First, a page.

Protesting Trump’s Inauguration

Massive preparations are underway here in the District of Columbia for Donald Trump’s inauguration. Temporary fencing is going up along with bleachers and roadblocks. In addition to thousands of well-wishers, thousands of protesters are expected. It will doubtless be an unforgettable day. 

It is worth remembering that before Mr. Trump can take any official action whatsoever, he must first take an oath to support and defend the Constitution. There are many other checks and balances in our system, but the oath of office is supposed to be the first line of defense. Mr. Trump can use the bully pulpit (and his Twitter account) to respond to his critics, but he must respect their right “to peaceably assemble, and to petition the Government for a redress of grievances,” as the First Amendment makes clear.

Can you imagine the outcry if Mr. Trump were to threaten to arrest protesters at his inauguration? It would be deafening—and fully justified. And yet, if you can believe it, there have been previous attempts to do just that. We should remember such episodes in our history.

In January 1997, Rev. Patrick Mahoney and a few other anti-abortion protesters planned to demonstrate along the sidewalks adjacent to President Bill Clinton’s inaugural parade route. When word got around about these modest plans, something had to be done. Mahoney and his Christian Defense Coalition received oral and written warnings that they would be arrested if they proceeded with their small protest. Shocked by such threats, Mahoney went to court to seek an emergency injunction to protect his group’s constitutional right to protest on the big day: January 20, 1997.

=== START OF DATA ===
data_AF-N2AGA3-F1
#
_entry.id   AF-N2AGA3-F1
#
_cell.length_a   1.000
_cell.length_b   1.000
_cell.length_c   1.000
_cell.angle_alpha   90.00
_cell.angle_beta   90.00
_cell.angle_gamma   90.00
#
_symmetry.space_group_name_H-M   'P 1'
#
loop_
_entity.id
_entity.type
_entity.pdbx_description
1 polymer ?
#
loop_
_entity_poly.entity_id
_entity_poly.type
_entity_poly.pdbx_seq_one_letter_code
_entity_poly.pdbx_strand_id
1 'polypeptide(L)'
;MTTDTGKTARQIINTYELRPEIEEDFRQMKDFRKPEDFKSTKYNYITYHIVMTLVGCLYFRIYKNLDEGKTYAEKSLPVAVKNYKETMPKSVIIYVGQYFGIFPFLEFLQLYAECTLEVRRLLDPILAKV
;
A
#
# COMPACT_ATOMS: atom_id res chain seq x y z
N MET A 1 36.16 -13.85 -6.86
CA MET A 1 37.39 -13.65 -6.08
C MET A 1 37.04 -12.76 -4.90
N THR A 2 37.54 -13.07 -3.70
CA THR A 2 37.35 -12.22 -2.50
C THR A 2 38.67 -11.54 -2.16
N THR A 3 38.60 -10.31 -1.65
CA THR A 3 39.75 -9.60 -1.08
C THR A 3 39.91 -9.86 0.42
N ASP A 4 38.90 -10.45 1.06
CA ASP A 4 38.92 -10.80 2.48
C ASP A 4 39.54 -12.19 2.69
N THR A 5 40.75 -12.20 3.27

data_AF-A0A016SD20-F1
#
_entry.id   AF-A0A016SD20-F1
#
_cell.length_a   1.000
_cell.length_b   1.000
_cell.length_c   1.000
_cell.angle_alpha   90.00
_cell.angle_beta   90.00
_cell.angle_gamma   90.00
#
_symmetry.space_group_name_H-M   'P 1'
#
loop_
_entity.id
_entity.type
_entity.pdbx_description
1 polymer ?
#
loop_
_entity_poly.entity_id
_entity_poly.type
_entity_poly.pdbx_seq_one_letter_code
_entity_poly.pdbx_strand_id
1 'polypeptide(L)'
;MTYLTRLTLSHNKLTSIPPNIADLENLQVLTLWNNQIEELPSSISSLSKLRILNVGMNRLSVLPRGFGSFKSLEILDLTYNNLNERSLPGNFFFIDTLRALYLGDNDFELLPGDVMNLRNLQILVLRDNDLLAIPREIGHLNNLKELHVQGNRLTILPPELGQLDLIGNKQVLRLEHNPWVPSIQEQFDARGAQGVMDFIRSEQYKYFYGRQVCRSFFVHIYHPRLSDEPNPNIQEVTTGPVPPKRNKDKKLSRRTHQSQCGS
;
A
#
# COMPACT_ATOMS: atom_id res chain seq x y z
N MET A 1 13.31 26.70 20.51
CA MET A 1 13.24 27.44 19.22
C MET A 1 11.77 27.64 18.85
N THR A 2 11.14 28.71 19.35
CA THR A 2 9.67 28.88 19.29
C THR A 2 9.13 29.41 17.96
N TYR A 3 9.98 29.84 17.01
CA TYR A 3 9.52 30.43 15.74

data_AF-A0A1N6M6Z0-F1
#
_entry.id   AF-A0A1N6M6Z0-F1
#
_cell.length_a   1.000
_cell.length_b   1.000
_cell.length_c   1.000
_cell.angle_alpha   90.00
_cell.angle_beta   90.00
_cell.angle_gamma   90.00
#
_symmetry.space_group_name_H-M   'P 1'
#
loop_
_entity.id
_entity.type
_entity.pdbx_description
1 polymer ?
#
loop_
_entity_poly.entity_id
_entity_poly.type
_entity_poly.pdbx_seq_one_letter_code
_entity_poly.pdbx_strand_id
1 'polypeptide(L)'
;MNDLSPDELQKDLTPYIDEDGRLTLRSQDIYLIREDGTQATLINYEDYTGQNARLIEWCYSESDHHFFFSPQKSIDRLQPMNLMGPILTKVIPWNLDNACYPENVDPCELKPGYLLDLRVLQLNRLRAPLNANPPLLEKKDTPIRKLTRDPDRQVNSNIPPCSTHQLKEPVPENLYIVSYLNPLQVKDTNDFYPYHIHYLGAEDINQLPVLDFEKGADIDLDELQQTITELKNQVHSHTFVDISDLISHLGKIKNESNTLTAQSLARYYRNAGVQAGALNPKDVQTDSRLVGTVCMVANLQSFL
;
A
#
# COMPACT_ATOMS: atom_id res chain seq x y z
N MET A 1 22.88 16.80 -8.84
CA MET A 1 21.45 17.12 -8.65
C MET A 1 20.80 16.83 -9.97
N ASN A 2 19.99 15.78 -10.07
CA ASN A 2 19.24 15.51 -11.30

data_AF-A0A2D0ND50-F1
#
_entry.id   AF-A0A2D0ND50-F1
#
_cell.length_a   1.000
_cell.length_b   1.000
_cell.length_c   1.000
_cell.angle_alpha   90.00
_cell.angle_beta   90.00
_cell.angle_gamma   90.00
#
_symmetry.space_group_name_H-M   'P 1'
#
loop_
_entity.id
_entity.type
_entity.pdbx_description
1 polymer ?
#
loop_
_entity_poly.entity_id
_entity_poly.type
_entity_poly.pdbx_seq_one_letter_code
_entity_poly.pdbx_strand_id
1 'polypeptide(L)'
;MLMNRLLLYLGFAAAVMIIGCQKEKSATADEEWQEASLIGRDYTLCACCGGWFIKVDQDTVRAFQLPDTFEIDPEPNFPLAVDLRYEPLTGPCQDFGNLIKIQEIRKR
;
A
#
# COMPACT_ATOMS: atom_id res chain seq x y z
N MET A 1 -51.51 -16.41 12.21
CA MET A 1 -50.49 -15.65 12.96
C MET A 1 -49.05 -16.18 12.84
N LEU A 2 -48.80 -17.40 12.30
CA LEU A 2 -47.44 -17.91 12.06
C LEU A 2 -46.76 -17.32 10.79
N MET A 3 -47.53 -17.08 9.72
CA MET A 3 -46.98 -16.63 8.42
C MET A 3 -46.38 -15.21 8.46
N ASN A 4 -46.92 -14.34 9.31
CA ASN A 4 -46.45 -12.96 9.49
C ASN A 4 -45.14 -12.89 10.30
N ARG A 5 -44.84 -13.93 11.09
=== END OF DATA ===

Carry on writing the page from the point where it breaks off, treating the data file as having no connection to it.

It soon became apparent that this story was bigger than a low-level bureaucrat trying to intimidate some guy that didn’t have any political connections. Attorneys trained at our best law schools arrived in court to double down. Yes, the local U.S. Attorney admitted, Randall Myers, counsel for the National Park Service, had informed Mahoney that his people wouldn’t be arrested if their signs offered congratulations to Clinton, but they would be arrested for signs containing any criticisms of Clinton. This blatant discrimination between viewpoints could be justified, said the local U.S. Attorney.

The Court of Appeals was pretty flabbergasted by such claims. Here is an excerpt from the unanimous ruling: “[A]ll constitutional authority supports the position we would have thought unremarkable, that a government entity may not exclude from a public forum persons who wish to engage in First Amendment protected activity solely because the government actor fears, dislikes, or disagrees with the opinions of those citizens. None of the authorities offered by the government is to the contrary. Indeed, none is on point.” Ouch! That’s a body slam in legal circles. And a well-deserved one.

Let’s fast-forward to recent news. Since Mr. Trump’s election, the left has been busy with plans to organize a resistance movement. California Assembly Speaker Anthony Rendon has promised to “lead the resistance to any effort that would shred the social fabric of our Constitution.” It was recently announced that California has retained former Attorney General Eric Holder to defend the Constitution from the Trump administration. That was not a wise move. In 1997, Holder was the U.S. Attorney in the District of Columbia. He was the one who tried to justify arresting protesters that were critical of President Clinton. If Holder is the Constitution’s defender, we’re in big trouble.

One of the reasons that our Bill of Rights is in trouble is because there are not many people or organizations that make a principled defense when it is attacked. Let’s resolve to do better going forward.

For related Cato scholarship, go here, here, and here.